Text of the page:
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The career path is rarely linear. It often comes with twists and turns, as we evolve and manage the uncertainty that the career journey brings.
I grew up wanting to be a lawyer. This was my “dream job.” My senior year of high school, I took a law satellite class, where I was in the courtroom two times per week. From taking this class, I realized that this career would not be fulfilling for me. I found it too routine and boring. Now, I am grateful that I took Law Satellite, and learned this as a senior in high school. However, back then, this realization was devastating for me. Not only had I wanted to do that my whole life, but now, at the tender age of 18, I had to figure out what my career path was going to be. I couldn’t be the “average freshman,” who had no idea of what I wanted to do. It conflicted with my goal-oriented nature and I was freaking out.
I did some research, and was able to find a career course that started a few weeks before I began college. However, it was completely useless. So I was forced to “embrace the career journey.” Now, I look back at how I felt and laugh. I laugh because,
- I put myself under so much pressure when my career evolution has involved experiences that have prepared me to be skilled at what I do
- It is rare that people have engaged in the types of life experiences that creates career clarity
Since experiencing this, I have changed career paths again, and I continue to evolve in this aspect of my life.
My story is primarily related to not knowing what I wanted to do, but there are many other career-oriented stories that we have experienced. I have met with college students and working professionals who have been put in this place of what I will call “career uncertainty.” They have come to me because they are experiencing career challenges that conflict with their goals like,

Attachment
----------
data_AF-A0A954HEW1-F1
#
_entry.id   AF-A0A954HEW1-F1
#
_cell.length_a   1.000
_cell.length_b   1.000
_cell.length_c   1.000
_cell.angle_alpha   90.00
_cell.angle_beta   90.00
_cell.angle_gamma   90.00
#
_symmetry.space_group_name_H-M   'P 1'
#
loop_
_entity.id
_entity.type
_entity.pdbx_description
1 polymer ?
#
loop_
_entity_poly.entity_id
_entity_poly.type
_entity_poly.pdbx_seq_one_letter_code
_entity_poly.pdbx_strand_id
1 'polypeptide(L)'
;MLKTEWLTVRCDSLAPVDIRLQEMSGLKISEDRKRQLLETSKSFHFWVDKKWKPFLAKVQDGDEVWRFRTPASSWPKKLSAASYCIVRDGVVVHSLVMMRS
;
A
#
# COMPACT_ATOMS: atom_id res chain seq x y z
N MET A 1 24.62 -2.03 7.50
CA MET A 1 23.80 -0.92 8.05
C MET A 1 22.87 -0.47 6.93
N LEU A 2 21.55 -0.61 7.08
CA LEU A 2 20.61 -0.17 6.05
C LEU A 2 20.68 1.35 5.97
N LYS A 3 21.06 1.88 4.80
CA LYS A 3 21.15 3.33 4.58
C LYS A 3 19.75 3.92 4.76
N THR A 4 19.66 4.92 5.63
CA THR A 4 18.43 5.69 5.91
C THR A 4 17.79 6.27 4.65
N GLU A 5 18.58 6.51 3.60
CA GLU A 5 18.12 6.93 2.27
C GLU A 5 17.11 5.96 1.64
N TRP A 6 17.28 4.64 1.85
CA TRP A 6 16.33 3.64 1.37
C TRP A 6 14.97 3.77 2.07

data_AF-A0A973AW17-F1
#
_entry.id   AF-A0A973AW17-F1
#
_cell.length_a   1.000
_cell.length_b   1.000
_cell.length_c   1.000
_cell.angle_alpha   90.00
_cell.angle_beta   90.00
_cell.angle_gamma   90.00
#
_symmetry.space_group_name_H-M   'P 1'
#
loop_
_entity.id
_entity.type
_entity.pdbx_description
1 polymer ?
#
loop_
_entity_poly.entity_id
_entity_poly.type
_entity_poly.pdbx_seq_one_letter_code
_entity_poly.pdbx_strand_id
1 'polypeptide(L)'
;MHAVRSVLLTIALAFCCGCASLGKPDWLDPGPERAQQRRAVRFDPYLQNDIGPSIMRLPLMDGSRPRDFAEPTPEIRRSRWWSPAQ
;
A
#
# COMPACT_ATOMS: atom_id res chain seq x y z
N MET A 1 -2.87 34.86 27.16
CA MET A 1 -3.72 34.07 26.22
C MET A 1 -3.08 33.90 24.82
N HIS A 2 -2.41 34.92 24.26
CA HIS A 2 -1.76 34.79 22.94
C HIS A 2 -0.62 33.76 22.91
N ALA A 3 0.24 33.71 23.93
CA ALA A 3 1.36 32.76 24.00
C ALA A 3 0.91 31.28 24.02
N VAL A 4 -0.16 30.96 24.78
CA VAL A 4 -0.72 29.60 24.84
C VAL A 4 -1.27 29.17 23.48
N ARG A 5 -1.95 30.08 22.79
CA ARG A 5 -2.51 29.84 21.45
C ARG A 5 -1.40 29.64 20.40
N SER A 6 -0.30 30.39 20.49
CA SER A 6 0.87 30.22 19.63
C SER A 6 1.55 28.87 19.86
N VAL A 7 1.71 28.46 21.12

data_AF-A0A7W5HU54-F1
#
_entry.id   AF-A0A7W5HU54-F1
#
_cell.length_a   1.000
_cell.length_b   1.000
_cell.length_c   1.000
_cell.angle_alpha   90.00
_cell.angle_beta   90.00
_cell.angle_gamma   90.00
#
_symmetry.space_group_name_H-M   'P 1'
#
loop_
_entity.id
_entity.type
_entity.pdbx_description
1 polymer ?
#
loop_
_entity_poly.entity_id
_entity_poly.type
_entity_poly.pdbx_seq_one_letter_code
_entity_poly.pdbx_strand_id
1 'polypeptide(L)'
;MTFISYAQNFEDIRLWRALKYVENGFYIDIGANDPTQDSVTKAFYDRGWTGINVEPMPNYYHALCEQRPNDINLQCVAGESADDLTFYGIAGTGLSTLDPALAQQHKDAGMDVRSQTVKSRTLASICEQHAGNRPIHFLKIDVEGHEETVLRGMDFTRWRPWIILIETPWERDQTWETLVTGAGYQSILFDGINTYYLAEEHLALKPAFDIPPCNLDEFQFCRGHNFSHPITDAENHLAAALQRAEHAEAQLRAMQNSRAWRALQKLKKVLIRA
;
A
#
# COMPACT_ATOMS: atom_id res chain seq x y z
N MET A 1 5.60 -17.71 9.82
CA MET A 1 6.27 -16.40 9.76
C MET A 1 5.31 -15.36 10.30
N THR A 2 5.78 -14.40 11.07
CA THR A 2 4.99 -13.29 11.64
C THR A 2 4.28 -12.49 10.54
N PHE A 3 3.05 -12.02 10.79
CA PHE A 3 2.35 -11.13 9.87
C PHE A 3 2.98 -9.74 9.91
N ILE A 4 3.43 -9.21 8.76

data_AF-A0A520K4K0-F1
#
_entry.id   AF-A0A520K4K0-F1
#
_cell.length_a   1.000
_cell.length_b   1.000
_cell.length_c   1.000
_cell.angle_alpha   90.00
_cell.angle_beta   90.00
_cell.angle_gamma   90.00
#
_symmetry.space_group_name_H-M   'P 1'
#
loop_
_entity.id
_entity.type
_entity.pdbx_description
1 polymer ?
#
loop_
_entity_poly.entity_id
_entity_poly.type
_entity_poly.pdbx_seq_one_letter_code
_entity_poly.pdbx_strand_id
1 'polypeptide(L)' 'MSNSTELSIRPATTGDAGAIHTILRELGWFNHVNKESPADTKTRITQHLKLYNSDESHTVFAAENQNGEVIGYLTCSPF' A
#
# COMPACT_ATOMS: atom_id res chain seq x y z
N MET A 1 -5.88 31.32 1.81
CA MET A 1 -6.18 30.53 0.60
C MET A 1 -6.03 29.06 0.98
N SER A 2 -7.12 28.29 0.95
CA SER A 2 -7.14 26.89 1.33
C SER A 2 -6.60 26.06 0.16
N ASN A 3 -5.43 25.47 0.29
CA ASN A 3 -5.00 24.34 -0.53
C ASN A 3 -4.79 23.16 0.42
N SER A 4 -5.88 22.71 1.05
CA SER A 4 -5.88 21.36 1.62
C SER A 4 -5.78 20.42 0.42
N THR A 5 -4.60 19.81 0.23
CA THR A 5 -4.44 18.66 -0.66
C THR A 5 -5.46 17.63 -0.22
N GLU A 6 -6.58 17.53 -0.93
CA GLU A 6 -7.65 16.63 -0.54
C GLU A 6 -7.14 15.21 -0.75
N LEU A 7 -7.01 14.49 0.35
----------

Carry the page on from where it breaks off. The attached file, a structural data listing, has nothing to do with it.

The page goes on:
- Not getting an internship or full-time job in the timing expected
- Being laid-off
- Frustrated with the process and effort that is placed into the job search
- Afraid that they either don’t have meet the requirements or have the career skills to get to where they want to be
When put in these types of situations, we begin to feel like a failure. Berating ourselves and questioning our worth. The word failure is harsh, and inaccurate. Many of these experiences are related to factors such as development or learning, and other things that are beyond our control like change and policies.
I recently attended a workshop at the NASPA Conference that included a discussion on resilience. Parallel to the conversation of resilience was failure. The Merriam-Webster Dictionary defines resiliency as: “the ability to recover or from or adjust easily to misfortune or change.” Our presenters’ spoke about how the conversation regarding failure needed an adjustment, and I agree. One thing that is constant in this life is change. I believe that each experience that we have in this life can make us stronger, wiser, and better people if we are able to reflect on those experiences in a positive light.
So, I encourage you to embrace the change and cultivate resilience so that you can face adversity well, without compromising your sense of self-worth. And the next time that you feel that you have failed, consider it an opportunity to “fail forward.” To come out of the experience better than you had been prior. To bring this to life, I will close by sharing some online articles related to people who “failed” that achieved great success:
Good luck on your career journey!
By: Ric Telford, PMP Adjunct Faculty
Last semester I caught up with one of my former students, Lance Co Ting Keh. Lance graduated with a Master of Engineering degree here at Pratt and is now working in Silicon Valley. I was anxious to hear how things are going for him out in the “real world.” Here is what he had to say.